acquire sense of value, emotion and love

NewAmerica

Senior Member
Mandarin
Is "acquire sense of value, emotion and love" proper or idiomatic English?

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"Machine will be smarter, quicker and stronger than man. But it is impossible for a machine to acquire sense of value, emotion and love."

-Jack Ma

(Source: The original speech is in Chinese. I've translated the content above into English)
 
  • PaulQ

    Banned
    UK
    English - England
    No, it should be to acquire a/its own/any/this, etc., sense of value, emotion and love." (sense is countable and requires a determiner.)
     

    NewAmerica

    Senior Member
    Mandarin
    Okay. Thank you. :)

    But it is impossible for a machine to acquire a sense of value, emotion and love.

    An idiomatic sentence now...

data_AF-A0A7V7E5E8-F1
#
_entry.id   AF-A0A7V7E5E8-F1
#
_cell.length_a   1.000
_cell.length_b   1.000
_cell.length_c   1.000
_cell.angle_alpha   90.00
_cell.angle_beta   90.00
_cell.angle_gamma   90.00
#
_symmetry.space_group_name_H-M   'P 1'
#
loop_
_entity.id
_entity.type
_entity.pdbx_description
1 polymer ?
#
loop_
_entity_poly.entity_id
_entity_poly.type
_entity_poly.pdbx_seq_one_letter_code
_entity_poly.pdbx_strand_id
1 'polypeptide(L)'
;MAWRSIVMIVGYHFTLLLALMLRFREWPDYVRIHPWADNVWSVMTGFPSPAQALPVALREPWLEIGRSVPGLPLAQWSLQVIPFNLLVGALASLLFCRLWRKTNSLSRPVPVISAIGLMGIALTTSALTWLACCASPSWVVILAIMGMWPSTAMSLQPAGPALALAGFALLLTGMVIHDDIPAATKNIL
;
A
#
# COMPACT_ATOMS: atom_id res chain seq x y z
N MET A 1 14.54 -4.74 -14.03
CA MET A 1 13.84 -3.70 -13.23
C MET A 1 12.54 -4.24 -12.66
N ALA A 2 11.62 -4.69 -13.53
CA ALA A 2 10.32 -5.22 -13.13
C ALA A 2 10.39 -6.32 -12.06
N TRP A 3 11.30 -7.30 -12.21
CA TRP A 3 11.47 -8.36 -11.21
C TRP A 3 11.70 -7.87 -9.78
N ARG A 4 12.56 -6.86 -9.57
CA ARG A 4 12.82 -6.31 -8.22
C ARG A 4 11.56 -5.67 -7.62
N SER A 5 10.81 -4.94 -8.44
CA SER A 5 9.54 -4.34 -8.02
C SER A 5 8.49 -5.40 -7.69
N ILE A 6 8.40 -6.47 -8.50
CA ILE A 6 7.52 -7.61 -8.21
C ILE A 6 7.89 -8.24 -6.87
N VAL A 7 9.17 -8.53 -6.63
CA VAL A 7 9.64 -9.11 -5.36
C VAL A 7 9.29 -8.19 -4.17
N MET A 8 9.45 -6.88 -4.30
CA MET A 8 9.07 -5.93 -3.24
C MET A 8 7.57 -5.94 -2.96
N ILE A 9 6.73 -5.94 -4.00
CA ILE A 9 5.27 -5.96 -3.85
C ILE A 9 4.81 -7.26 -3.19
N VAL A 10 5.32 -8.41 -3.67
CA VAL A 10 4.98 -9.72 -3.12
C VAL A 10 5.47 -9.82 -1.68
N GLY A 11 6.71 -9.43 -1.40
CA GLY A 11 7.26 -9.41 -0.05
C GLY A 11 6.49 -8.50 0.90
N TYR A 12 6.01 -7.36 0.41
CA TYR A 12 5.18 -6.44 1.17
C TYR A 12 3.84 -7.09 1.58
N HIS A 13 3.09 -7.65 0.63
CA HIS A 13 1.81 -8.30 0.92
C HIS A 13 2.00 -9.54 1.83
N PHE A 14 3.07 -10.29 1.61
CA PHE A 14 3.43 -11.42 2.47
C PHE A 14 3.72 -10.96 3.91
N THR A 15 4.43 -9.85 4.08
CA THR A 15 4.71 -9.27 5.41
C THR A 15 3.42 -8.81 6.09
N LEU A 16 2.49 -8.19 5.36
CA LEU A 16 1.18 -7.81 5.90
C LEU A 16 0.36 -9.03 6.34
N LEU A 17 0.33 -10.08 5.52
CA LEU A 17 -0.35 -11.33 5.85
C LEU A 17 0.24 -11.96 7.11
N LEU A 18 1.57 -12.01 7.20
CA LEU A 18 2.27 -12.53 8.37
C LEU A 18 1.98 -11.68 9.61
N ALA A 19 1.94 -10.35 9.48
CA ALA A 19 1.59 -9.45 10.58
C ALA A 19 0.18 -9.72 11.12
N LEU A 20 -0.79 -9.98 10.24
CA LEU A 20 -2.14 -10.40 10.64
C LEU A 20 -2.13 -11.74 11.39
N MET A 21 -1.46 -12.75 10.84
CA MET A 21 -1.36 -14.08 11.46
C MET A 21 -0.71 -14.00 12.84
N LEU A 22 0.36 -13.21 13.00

kentix

    Senior Member
    English - U.S.
    I have no idea what a sense of value means.

    I have doubts about emotion and love, too. But at least I know what they mean.
     

    NewAmerica

    Senior Member
    Mandarin
    Sense of value in this context tends to mean the values in "Trump denies time-honored American values," given such values refer to the universal value for human kinds.

    So I am not sure whether "sense of value" is used correctly in the OP. Maybe will simply "values" be okay there? "Have value" would sound as if "be worth something."
     

    kentix

    Senior Member
    English - U.S.
    "a sense of values" would make a lot more sense. A sense of emotion really doesn't make sense to me.

    Maybe the sense is only supposed to apply to the first one.

    "But it is impossible for a machine to acquire emotion and love and a sense of values."
     
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